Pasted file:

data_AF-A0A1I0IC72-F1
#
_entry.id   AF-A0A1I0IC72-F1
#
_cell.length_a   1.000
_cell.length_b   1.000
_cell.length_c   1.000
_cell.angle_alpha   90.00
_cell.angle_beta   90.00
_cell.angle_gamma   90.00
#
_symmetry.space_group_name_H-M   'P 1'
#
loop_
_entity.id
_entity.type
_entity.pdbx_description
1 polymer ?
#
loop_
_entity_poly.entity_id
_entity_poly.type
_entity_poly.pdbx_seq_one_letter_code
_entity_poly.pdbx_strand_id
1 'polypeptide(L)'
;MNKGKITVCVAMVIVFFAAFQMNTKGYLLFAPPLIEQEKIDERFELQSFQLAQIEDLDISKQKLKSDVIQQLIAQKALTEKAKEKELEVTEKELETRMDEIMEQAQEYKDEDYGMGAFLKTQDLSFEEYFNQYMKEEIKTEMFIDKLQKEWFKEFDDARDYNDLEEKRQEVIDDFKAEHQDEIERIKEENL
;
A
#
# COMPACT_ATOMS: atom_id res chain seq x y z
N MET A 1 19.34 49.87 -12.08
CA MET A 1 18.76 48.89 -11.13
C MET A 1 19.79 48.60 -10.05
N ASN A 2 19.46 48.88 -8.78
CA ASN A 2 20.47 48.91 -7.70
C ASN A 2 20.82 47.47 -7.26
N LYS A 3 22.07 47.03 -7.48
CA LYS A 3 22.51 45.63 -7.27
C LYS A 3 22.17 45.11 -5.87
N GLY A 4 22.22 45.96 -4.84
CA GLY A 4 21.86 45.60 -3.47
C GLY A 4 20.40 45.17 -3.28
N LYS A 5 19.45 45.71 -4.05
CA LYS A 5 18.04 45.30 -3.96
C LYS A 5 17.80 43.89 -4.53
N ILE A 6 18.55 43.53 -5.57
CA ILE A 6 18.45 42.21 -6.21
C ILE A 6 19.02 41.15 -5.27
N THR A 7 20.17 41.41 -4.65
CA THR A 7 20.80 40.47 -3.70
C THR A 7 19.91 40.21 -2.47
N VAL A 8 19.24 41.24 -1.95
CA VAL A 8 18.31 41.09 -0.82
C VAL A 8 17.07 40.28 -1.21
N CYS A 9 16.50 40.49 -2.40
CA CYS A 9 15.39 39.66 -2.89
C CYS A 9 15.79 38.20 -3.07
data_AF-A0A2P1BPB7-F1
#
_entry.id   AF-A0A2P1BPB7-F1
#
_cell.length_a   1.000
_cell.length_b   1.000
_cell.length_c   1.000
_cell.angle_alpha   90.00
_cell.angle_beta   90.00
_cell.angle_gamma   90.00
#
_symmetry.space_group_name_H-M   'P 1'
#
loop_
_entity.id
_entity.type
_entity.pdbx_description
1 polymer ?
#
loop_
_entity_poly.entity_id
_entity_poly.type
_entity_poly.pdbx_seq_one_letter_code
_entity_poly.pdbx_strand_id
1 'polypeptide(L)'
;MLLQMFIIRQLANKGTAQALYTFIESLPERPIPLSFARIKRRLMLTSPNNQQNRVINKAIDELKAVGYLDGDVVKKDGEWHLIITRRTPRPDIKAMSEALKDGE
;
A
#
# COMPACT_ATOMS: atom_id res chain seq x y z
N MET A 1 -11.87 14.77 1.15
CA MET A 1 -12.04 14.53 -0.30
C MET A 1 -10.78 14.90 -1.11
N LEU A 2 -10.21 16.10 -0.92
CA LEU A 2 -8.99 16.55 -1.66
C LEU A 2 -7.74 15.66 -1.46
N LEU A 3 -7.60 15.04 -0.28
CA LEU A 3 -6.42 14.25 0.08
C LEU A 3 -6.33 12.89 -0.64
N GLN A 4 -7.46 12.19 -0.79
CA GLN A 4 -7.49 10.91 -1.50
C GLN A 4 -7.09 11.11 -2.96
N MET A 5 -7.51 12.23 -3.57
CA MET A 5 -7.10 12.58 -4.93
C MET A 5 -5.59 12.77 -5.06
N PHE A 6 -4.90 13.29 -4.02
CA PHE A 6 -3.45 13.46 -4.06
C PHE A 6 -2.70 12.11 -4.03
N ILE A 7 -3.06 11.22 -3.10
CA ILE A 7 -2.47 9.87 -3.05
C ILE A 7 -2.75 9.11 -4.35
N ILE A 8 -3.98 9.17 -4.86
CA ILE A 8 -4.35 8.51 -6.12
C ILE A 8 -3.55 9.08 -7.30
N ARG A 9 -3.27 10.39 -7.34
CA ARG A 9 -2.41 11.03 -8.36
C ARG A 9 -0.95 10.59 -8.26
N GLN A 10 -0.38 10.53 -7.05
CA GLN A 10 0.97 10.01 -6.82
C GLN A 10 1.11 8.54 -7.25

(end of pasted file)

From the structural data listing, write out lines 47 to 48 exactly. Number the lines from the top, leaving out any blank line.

CA ILE A 6 18.45 42.21 -6.21
C ILE A 6 19.02 41.15 -5.27